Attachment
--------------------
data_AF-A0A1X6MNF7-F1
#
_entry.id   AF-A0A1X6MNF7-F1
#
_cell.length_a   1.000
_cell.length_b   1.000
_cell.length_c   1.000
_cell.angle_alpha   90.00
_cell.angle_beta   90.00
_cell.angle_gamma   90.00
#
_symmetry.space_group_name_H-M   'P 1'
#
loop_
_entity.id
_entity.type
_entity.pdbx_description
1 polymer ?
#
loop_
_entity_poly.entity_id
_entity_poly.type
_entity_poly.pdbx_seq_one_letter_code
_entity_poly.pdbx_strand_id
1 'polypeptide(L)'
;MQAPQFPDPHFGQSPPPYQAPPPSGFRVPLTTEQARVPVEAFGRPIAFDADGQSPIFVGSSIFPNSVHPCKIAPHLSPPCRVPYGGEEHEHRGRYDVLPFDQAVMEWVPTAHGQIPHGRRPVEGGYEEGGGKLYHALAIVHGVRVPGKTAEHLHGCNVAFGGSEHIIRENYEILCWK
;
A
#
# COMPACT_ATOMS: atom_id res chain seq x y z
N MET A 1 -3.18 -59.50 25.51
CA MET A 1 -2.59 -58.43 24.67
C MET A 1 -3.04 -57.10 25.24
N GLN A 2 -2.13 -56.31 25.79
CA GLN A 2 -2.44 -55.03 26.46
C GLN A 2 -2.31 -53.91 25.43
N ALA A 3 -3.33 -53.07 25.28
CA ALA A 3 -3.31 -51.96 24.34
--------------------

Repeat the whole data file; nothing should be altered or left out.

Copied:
data_AF-A0A1X6MNF7-F1
#
_entry.id   AF-A0A1X6MNF7-F1
#
_cell.length_a   1.000
_cell.length_b   1.000
_cell.length_c   1.000
_cell.angle_alpha   90.00
_cell.angle_beta   90.00
_cell.angle_gamma   90.00
#
_symmetry.space_group_name_H-M   'P 1'
#
loop_
_entity.id
_entity.type
_entity.pdbx_description
1 polymer ?
#
loop_
_entity_poly.entity_id
_entity_poly.type
_entity_poly.pdbx_seq_one_letter_code
_entity_poly.pdbx_strand_id
1 'polypeptide(L)'
;MQAPQFPDPHFGQSPPPYQAPPPSGFRVPLTTEQARVPVEAFGRPIAFDADGQSPIFVGSSIFPNSVHPCKIAPHLSPPCRVPYGGEEHEHRGRYDVLPFDQAVMEWVPTAHGQIPHGRRPVEGGYEEGGGKLYHALAIVHGVRVPGKTAEHLHGCNVAFGGSEHIIRENYEILCWK
;
A
#
# COMPACT_ATOMS: atom_id res chain seq x y z
N MET A 1 -3.18 -59.50 25.51
CA MET A 1 -2.59 -58.43 24.67
C MET A 1 -3.04 -57.10 25.24
N GLN A 2 -2.13 -56.31 25.79
CA GLN A 2 -2.44 -55.03 26.46
C GLN A 2 -2.31 -53.91 25.43
N ALA A 3 -3.33 -53.07 25.28
CA ALA A 3 -3.31 -51.96 24.34